Introducing Correspondences

Back in 2013, Cultural Anthropology managing editor Ali Kenner and contributing editor Grant Otsuki launched the Field Notes series as part of a new lineup of web content. When its creators moved on to new challenges, Field Notes went on hiatus.

Today, however, we are relaunching Field Notes under a new name, Correspondences. As the section editor for Correspondences, I’d like to introduce myself, reintroduce the structure of the series, and outline my vision of its goals.

Correspondences is a structured, playful, four-way conversation between a diverse group of scholars.

Each session of Correspondences takes up a theme that is of broad interest to anthropologists—past themes have included fat, disaster, and affect—and invites four scholars to write brief (<1,000 word) reflections on the theme, drawing on their own research experiences and adopting the perspective of one motivating keyword, which they are assigned according to their order in the session. The first contributor will write a provocation. One week later, the second participant will take up ideas and questions from the first post and, mixing them with his or her own ideas, will offer a translation. The third week’s contributor will continue the chain by taking up the work of the two previous writers and staging a deviation. The final contributor concludes the session in week four with an effort at integration.

Correspondences facilitates conversation between scholars across generational and geographic borders.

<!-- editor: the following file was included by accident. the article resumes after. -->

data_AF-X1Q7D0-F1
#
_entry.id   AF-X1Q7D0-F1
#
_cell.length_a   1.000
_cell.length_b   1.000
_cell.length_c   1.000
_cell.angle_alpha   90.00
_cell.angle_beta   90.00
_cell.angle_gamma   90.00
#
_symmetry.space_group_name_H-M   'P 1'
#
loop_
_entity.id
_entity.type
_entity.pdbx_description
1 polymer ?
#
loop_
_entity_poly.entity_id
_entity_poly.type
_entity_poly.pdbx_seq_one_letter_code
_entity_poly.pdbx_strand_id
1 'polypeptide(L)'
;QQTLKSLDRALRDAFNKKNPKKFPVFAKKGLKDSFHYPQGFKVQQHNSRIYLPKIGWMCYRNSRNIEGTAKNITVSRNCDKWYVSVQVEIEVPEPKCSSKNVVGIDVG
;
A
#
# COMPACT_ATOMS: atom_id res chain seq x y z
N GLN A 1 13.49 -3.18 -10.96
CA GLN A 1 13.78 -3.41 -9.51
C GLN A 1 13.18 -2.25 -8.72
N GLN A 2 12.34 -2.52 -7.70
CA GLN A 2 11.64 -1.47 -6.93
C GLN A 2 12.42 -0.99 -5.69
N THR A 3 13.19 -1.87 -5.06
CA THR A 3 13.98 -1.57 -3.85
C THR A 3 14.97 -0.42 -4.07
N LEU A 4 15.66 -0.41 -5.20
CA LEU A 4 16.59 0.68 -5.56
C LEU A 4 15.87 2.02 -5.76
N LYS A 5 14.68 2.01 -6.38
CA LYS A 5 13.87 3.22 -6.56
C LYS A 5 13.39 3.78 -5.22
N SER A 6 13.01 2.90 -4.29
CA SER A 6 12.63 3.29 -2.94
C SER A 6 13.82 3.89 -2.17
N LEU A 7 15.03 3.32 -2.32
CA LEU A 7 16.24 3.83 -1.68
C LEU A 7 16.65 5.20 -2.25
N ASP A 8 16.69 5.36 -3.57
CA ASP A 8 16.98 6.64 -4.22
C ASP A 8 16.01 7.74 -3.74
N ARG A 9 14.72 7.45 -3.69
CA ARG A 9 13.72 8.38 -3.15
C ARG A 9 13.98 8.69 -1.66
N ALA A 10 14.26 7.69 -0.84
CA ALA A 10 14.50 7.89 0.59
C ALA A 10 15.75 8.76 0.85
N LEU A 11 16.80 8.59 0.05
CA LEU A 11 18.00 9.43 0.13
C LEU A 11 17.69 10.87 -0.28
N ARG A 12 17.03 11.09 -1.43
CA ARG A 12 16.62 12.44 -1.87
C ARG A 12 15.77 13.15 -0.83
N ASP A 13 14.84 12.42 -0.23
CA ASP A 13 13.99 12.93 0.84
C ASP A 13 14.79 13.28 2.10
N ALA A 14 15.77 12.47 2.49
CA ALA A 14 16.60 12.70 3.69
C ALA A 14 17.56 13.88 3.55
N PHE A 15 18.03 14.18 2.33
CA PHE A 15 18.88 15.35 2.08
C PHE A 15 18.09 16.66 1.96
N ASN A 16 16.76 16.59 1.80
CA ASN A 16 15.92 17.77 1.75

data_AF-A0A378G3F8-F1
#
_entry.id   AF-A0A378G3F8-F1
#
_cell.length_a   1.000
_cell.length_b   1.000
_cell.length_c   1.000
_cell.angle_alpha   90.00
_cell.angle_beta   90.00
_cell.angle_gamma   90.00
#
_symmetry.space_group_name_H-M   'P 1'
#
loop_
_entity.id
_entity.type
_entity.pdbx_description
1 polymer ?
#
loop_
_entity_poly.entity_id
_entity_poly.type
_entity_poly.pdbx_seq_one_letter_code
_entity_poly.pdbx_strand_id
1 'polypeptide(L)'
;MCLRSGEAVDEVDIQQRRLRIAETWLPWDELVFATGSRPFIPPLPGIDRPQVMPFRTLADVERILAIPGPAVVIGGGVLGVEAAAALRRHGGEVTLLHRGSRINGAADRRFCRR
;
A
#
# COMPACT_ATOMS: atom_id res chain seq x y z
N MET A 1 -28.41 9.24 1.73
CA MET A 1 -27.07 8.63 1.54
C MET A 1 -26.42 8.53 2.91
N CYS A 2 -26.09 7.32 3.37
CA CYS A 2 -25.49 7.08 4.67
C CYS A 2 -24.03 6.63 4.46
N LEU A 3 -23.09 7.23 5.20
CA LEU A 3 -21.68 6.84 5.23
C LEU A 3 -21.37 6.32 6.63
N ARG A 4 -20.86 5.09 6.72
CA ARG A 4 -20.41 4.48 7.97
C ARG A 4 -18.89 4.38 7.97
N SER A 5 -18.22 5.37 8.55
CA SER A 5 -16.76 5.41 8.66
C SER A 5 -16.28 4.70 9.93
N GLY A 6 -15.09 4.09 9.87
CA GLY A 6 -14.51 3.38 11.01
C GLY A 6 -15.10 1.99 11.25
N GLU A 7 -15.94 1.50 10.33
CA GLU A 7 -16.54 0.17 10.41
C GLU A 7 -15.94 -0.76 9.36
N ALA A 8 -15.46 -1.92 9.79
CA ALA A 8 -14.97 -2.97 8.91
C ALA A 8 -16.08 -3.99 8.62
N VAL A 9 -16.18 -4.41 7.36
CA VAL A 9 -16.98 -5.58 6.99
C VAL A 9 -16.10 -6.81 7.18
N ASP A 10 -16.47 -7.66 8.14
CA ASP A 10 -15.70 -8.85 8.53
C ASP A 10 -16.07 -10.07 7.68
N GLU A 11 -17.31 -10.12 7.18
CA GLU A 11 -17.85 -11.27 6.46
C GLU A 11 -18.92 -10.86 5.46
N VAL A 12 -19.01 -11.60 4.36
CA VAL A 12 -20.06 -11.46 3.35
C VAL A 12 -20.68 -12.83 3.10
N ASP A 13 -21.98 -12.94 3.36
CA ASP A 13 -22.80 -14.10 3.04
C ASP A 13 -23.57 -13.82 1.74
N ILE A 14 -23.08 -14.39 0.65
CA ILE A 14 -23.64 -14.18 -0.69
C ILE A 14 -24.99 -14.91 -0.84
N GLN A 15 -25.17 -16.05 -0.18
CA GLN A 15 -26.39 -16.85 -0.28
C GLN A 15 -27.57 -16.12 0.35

There are relatively few spaces for graduate students, junior scholars, and senior faculty from different states and countries to exchange ideas and enter into conversation with one another. Conferences often draw scholars from only one region of the world, and panels may skew toward one end of the age spectrum or another. Exciting debates from the graduate student lounge may not reach the ears of senior scholars on the same campus, to say nothing of crossing national borders. Correspondences aims to deliberately bridge generational, geographic, and institutional boundaries by drawing together a diverse group of scholars in written conversations about specific themes.

Correspondences creates a space for thinking out loud together—through writing.

Usually anthropologists only share our writing publicly—in journal articles and books—once it has undergone much private editing and polishing. Correspondences is a public forum for thinking through themes and questions that participants are grappling with together. Since each participant has only one week to craft a post, we are not looking for irrefutable arguments or seamless final products. Instead, we hope to find kernels of exciting thoughts and preliminary observations, with lingering questions presented alongside more developed ideas. Correspondences thus aims to make public some of the often-private processes of thinking and dialoguing that get hidden in our publications.

In the months ahead, Correspondences will feature conversations about the Internet, design, failures, and more. Stay tuned for our first session in April. If you are interested in pitching an idea for a session of Correspondences, or have questions about the series, please contact me at tbh222@nyu.edu.